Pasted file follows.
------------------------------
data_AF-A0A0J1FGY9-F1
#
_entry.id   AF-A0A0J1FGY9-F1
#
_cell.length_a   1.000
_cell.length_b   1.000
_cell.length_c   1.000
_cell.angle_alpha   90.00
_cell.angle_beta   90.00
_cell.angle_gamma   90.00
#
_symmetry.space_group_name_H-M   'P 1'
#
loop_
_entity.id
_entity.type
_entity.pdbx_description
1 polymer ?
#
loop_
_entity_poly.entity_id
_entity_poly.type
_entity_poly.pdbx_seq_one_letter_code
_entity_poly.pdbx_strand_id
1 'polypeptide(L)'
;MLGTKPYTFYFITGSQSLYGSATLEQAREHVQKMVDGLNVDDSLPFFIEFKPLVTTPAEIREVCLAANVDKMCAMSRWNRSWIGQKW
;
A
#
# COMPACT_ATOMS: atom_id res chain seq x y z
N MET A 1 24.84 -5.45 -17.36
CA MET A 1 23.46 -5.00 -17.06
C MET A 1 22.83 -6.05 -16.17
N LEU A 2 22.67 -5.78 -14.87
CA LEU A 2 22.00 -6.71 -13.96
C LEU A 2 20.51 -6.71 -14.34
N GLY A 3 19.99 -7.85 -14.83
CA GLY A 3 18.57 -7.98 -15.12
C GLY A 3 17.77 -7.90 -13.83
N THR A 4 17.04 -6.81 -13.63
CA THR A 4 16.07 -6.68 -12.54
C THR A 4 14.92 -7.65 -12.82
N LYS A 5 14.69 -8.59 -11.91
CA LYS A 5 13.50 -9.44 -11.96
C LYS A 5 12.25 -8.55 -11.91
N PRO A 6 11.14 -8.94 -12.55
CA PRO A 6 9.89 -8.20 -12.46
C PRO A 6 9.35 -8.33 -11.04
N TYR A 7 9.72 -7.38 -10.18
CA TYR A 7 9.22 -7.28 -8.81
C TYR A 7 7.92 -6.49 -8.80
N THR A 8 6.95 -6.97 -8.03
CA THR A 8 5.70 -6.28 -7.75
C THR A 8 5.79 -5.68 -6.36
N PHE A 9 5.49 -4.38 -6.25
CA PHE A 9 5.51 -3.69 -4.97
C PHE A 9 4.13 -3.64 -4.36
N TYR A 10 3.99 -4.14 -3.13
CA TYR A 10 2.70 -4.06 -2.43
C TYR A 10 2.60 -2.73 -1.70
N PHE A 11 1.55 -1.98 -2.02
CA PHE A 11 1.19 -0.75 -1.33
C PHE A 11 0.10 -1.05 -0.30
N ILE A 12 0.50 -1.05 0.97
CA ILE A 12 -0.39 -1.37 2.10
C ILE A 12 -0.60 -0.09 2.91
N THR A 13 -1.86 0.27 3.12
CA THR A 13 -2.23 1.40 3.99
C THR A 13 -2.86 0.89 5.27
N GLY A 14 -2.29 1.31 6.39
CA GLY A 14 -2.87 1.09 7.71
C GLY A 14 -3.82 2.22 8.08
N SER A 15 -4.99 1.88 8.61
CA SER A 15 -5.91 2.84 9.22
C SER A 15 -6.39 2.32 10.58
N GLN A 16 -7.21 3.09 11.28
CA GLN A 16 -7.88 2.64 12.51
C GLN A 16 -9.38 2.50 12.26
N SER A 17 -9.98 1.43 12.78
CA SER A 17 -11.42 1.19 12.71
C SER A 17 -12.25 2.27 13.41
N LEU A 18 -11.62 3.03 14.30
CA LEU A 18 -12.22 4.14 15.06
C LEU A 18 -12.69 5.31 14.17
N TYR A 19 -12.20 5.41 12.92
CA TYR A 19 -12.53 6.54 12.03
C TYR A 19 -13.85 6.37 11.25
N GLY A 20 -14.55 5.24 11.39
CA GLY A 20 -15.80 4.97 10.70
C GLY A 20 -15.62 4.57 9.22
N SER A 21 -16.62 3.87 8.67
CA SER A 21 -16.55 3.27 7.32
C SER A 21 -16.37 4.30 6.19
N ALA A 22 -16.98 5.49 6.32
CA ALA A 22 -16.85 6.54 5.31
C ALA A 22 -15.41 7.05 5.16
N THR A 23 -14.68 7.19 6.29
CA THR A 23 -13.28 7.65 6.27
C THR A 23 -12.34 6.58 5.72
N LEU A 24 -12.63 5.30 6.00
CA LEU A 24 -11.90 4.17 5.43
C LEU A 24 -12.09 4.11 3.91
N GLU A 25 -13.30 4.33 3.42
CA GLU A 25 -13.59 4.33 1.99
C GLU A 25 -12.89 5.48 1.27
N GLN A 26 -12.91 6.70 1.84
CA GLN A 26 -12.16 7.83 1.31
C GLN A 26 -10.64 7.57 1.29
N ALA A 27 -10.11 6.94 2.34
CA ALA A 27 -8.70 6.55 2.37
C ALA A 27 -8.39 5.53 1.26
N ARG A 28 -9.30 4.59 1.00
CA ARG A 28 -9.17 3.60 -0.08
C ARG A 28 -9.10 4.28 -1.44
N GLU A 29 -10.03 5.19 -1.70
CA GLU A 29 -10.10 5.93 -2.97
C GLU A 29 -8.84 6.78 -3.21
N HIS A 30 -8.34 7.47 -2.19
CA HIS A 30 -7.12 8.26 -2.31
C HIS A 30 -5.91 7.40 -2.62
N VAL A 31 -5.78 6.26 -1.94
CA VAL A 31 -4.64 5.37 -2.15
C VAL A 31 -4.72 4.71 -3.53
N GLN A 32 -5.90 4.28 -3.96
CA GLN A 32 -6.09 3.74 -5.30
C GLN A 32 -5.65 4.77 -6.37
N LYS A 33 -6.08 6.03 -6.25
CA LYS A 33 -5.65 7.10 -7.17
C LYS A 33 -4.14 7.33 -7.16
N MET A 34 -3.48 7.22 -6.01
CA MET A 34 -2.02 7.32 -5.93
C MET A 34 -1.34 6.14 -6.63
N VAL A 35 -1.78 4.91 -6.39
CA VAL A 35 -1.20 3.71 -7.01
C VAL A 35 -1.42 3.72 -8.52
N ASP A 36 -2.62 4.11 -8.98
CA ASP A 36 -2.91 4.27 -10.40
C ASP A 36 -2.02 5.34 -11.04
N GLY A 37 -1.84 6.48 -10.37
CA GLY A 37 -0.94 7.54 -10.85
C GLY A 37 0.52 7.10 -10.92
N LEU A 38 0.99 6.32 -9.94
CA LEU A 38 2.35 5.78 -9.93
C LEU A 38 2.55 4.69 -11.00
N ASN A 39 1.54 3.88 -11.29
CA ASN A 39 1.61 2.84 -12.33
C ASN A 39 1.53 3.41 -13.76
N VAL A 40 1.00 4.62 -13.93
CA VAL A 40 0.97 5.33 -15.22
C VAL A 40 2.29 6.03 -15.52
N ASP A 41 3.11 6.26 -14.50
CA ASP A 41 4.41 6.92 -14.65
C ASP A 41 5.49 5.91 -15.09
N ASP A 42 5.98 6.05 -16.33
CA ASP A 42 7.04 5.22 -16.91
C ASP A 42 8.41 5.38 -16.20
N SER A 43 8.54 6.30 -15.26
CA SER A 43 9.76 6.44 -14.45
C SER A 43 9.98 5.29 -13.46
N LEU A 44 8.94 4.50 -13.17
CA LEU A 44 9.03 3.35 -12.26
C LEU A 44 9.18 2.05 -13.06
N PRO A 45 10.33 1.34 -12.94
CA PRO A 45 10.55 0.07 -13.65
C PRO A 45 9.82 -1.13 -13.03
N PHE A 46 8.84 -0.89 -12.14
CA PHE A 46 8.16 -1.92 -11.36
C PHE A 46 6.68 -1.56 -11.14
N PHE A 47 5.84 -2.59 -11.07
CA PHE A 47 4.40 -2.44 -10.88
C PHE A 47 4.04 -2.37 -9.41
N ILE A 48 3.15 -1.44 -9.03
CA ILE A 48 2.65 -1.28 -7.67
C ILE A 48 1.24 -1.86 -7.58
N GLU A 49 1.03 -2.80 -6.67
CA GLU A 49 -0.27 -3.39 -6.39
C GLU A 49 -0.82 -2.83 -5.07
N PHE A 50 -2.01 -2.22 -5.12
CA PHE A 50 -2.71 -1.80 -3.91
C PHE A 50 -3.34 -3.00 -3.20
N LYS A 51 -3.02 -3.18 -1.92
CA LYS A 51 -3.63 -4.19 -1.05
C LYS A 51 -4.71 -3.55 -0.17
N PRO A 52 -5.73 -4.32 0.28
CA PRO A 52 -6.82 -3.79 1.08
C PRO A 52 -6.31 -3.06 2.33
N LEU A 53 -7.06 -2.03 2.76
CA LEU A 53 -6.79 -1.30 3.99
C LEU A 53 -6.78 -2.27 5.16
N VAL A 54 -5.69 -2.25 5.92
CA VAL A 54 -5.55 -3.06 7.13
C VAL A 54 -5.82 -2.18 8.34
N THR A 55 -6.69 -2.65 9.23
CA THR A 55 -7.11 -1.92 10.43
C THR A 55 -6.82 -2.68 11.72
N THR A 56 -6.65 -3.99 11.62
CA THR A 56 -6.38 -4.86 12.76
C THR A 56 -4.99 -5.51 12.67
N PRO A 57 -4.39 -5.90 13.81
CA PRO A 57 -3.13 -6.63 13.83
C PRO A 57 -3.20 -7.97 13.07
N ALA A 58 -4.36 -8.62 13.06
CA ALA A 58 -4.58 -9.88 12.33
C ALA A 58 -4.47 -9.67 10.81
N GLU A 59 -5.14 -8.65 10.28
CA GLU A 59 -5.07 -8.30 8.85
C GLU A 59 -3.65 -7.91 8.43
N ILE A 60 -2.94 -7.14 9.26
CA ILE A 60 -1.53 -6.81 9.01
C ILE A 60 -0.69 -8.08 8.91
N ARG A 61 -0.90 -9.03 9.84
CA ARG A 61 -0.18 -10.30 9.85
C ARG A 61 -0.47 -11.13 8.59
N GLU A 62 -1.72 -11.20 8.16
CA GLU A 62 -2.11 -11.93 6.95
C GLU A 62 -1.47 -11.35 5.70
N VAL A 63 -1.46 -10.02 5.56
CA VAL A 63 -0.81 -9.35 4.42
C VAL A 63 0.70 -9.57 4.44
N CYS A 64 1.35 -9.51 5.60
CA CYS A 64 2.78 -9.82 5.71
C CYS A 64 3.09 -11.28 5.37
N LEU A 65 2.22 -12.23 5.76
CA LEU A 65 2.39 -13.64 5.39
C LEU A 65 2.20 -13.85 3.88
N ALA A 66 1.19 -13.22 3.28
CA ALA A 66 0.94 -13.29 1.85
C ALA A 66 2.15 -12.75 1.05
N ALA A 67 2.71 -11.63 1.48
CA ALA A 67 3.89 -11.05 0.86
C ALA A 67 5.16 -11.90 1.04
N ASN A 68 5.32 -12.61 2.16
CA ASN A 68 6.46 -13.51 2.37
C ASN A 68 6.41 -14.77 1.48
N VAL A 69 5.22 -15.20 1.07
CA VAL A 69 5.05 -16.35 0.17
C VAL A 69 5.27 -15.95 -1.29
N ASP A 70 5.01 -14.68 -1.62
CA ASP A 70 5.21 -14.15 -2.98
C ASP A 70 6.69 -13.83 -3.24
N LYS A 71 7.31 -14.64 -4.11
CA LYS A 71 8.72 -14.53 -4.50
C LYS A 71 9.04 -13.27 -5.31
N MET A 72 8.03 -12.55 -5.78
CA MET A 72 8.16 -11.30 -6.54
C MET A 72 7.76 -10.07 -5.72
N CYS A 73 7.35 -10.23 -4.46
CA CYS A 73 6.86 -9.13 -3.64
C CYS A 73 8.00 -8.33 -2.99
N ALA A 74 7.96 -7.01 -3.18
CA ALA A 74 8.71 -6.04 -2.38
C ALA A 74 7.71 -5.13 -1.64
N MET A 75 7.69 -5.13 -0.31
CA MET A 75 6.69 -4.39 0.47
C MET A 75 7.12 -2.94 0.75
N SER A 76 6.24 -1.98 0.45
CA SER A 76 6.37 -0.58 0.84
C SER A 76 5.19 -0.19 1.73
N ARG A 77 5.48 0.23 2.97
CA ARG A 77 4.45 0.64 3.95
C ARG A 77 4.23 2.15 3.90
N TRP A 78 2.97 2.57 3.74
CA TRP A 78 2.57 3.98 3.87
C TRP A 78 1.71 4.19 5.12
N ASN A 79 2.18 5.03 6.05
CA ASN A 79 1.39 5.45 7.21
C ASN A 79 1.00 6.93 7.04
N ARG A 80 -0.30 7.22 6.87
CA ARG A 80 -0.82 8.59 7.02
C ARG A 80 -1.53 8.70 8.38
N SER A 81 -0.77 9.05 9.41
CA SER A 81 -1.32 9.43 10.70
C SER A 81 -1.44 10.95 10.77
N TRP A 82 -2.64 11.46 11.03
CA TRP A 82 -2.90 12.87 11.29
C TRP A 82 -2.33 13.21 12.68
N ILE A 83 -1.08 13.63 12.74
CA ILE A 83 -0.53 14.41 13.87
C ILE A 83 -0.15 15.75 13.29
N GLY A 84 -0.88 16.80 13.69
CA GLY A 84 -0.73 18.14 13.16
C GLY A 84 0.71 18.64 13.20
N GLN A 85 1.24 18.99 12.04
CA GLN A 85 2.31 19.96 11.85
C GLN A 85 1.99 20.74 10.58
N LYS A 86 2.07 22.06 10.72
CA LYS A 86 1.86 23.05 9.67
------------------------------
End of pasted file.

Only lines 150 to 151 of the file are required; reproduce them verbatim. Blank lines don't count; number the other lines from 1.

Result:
C VAL A 40 2.29 6.03 -15.52
N ASP A 41 3.11 6.26 -14.50